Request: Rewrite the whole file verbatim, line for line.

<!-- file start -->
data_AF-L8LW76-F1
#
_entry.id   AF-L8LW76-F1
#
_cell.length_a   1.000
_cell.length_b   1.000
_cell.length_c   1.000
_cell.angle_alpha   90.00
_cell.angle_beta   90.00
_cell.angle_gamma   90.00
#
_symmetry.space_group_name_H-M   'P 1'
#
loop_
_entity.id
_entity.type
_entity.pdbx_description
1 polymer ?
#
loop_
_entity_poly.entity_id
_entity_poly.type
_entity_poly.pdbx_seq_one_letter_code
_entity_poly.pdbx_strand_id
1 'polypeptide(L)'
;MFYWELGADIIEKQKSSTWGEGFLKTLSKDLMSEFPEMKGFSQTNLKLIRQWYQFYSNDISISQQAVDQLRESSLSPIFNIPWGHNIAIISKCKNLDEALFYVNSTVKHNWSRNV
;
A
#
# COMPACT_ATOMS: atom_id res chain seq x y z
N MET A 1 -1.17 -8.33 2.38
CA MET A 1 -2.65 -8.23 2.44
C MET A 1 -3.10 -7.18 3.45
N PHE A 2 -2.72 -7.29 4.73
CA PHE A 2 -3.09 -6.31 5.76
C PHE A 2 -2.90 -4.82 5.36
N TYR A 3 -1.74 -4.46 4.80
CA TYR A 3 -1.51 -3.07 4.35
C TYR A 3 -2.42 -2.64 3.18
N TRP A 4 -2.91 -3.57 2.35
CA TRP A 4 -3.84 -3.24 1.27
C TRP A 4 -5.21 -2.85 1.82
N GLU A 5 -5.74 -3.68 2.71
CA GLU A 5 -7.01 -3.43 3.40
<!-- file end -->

data_AF-L8LW76-F1
#
_entry.id   AF-L8LW76-F1
#
_cell.length_a   1.000
_cell.length_b   1.000
_cell.length_c   1.000
_cell.angle_alpha   90.00
_cell.angle_beta   90.00
_cell.angle_gamma   90.00
#
_symmetry.space_group_name_H-M   'P 1'
#
loop_
_entity.id
_entity.type
_entity.pdbx_description
1 polymer ?
#
loop_
_entity_poly.entity_id
_entity_poly.type
_entity_poly.pdbx_seq_one_letter_code
_entity_poly.pdbx_strand_id
1 'polypeptide(L)'
;MFYWELGADIIEKQKSSTWGEGFLKTLSKDLMSEFPEMKGFSQTNLKLIRQWYQFYSNDISISQQAVDQLRESSLSPIFNIPWGHNIAIISKCKNLDEALFYVNSTVKHNWSRNV
;
A
#
# COMPACT_ATOMS: atom_id res chain seq x y z
N MET A 1 -1.17 -8.33 2.38
CA MET A 1 -2.65 -8.23 2.44
C MET A 1 -3.10 -7.18 3.45
N PHE A 2 -2.72 -7.29 4.73
CA PHE A 2 -3.09 -6.31 5.76
C PHE A 2 -2.90 -4.82 5.36
N TYR A 3 -1.74 -4.46 4.80
CA TYR A 3 -1.51 -3.07 4.35
C TYR A 3 -2.42 -2.64 3.18
N TRP A 4 -2.91 -3.57 2.35
CA TRP A 4 -3.84 -3.24 1.27
C TRP A 4 -5.21 -2.85 1.82
N GLU A 5 -5.74 -3.68 2.71
CA GLU A 5 -7.01 -3.43 3.40